Immigrant communities struggle to find shelter as Hurricane Florence nears

Activists are working to help undocumented immigrants evacuate the area, but they're running into problems.

Water rolls up the beach near the Oceana Pier at high tide as the outer edges of Hurricane Florence being to affect the coast September 13, 2018 in Atlantic Beach, United States. CREDIT: Chip Somodevilla/Getty Images
Water rolls up the beach near the Oceana Pier at high tide as the outer edges of Hurricane Florence being to affect the coast September 13, 2018 in Atlantic Beach, United States. CREDIT: Chip Somodevilla/Getty Images

Undocumented immigrants are facing uncertainty and precariousness as Hurricane Florence draws nearer to the southeastern United States and coastal residents evacuate inland. Area activists in states like North Carolina say they are working to help immigrants find shelters, but that the evacuation process has been weighed down by the Trump administration’s policy decisions and poor local planning.

Both North Carolina Gov. Roy Cooper (D) and South Carolina Gov. Henry McMaster (R) have ordered mandatory evacuations for a number of coastal areas as Florence nears the shore. The Category 2 storm has reduced in speed significantly from its prior Category 4 rating, but if anything Florence’s danger has only grown as it as traveled over waters made warmer by climate change, which have in turn allowed the hurricane to supercharge. Forecasters are also concerned that the storm will stall as it reaches land, allowing wind and rain to hammer the Carolinas and Virginia, potentially for days.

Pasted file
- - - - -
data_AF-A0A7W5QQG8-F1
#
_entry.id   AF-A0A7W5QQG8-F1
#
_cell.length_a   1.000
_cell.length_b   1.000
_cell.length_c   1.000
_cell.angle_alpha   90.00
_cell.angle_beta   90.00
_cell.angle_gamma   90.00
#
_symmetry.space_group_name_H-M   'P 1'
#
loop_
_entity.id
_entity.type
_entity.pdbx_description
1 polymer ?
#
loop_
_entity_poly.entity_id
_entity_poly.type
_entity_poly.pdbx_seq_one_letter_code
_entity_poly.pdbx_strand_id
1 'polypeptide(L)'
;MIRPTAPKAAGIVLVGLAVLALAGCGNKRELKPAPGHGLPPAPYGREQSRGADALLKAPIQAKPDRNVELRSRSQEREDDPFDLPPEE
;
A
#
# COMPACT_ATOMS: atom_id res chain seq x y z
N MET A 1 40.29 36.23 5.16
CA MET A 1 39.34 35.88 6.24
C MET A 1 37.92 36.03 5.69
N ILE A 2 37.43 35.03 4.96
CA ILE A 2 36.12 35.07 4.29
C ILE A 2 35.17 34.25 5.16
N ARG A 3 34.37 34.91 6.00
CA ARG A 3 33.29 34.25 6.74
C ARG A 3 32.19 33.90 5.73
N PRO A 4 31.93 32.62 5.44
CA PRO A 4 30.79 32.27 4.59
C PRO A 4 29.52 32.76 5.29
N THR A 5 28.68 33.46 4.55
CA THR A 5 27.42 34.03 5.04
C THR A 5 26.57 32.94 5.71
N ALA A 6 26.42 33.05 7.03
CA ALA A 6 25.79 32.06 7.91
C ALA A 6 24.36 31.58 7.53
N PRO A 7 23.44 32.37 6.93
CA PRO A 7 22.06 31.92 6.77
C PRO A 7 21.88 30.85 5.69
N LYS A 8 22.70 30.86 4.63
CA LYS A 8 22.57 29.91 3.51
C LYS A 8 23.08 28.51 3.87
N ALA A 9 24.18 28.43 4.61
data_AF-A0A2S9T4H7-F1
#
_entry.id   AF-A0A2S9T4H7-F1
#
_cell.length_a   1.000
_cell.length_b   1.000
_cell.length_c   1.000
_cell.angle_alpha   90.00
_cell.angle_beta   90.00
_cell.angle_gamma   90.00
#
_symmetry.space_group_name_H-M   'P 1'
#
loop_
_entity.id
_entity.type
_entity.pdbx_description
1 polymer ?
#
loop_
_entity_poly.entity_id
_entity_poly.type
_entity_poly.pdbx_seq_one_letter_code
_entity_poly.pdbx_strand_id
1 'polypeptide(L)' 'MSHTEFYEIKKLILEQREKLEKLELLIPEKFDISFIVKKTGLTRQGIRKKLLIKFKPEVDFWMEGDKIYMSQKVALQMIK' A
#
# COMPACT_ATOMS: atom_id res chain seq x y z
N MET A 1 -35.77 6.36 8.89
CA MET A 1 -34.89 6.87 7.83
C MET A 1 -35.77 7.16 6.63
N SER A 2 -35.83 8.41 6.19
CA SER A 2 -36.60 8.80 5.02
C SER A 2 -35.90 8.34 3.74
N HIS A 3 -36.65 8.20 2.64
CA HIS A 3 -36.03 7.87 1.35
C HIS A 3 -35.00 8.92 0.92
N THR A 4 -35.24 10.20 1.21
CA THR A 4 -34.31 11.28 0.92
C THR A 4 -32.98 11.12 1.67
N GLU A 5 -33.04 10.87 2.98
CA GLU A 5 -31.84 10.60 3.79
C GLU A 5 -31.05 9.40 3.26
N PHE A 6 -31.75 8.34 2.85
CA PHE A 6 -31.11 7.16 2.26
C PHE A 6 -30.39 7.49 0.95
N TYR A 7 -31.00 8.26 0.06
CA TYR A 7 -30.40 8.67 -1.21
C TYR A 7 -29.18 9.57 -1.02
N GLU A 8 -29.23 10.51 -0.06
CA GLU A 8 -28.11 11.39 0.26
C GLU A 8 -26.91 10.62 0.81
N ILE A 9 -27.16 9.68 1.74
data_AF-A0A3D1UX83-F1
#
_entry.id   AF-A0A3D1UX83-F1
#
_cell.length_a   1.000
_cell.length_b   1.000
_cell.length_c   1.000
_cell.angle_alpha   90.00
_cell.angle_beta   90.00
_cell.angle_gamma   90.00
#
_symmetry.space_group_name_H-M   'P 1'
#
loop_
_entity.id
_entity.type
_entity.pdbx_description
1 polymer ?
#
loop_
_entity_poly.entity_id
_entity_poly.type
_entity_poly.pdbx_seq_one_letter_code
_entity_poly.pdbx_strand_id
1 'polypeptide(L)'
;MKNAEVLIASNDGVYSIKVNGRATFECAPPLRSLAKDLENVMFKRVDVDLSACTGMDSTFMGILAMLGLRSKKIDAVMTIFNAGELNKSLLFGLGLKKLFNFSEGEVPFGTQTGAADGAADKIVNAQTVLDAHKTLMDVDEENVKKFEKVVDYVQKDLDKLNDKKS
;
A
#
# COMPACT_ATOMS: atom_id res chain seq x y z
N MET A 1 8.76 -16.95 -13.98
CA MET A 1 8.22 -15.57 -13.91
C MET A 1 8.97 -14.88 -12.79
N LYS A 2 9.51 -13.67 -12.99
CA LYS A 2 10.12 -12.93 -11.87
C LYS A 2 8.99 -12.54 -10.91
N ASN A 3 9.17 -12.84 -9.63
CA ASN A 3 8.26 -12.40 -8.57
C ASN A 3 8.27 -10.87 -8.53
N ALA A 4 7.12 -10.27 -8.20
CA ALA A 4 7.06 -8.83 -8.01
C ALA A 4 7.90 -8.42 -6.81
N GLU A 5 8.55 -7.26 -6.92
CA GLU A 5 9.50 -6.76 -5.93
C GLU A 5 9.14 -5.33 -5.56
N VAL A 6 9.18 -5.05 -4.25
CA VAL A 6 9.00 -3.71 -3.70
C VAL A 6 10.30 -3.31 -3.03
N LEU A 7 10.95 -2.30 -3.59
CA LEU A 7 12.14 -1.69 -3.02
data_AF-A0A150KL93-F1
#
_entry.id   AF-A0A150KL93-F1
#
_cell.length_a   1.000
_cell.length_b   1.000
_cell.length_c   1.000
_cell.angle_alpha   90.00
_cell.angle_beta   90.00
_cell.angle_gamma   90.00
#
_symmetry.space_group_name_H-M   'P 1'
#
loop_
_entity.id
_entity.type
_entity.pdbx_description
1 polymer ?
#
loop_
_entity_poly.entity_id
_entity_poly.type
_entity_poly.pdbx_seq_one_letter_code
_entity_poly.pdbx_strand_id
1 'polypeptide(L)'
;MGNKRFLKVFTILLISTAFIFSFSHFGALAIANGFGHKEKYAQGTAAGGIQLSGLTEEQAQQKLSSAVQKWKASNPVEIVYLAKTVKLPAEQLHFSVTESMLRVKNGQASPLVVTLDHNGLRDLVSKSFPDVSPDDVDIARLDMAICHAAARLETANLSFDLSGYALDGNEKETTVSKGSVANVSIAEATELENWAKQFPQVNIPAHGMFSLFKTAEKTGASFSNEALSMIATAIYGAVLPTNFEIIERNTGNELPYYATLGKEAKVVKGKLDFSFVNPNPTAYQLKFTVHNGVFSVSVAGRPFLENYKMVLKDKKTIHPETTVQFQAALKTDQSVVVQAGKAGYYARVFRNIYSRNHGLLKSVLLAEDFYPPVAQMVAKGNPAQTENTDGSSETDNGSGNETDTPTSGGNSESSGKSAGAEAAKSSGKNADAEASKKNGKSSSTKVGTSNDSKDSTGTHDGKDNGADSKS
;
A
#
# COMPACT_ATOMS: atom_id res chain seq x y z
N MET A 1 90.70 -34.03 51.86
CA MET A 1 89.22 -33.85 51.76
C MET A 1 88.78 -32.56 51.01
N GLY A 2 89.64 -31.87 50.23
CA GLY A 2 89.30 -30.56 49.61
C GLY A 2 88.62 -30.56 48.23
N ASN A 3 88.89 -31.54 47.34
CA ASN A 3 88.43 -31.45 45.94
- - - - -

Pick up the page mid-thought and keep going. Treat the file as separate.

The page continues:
That scenario is sparking widespread concern in areas like Alamance County in central North Carolina, home to a number of immigrants with mixed-immigration status families. While Alamance is not under an evacuation warning, residents have been advised to stay off the road and to seek shelter if they can’t leave town. Mobile homes have been particularly impacted, with some parks declaring that residents must evacuate.

Laura Garduño Garcia, an organizer with the Greensboro office for the American Friends Service Committee (AFSC), told ThinkProgress that she has been working to help immigrants in mobile homes, as well as the wider area, evacuate to shelters. Citing one mobile home park where she said around 60 percent of residents are Latinx, Garduño Garcia laid out some of the problems people have faced.


“They’ve had [an] evacuation notice since earlier in the week because the area has huge trees,” she explained. “Any time the wind blows hard, branches come down. The concern is with hurricane winds and rains, trees could hit homes.”

But when they’ve tried to leave, they’ve encountered confusion.

“These families didn’t have anywhere to go for 24 hours,” Garduño Garcia said on Thursday afternoon. “School was out today so families could go to shelters, but no official Red Cross shelter opened until 10 am this morning. And some of the information [about where to go] has indicated [inactive] shelters.”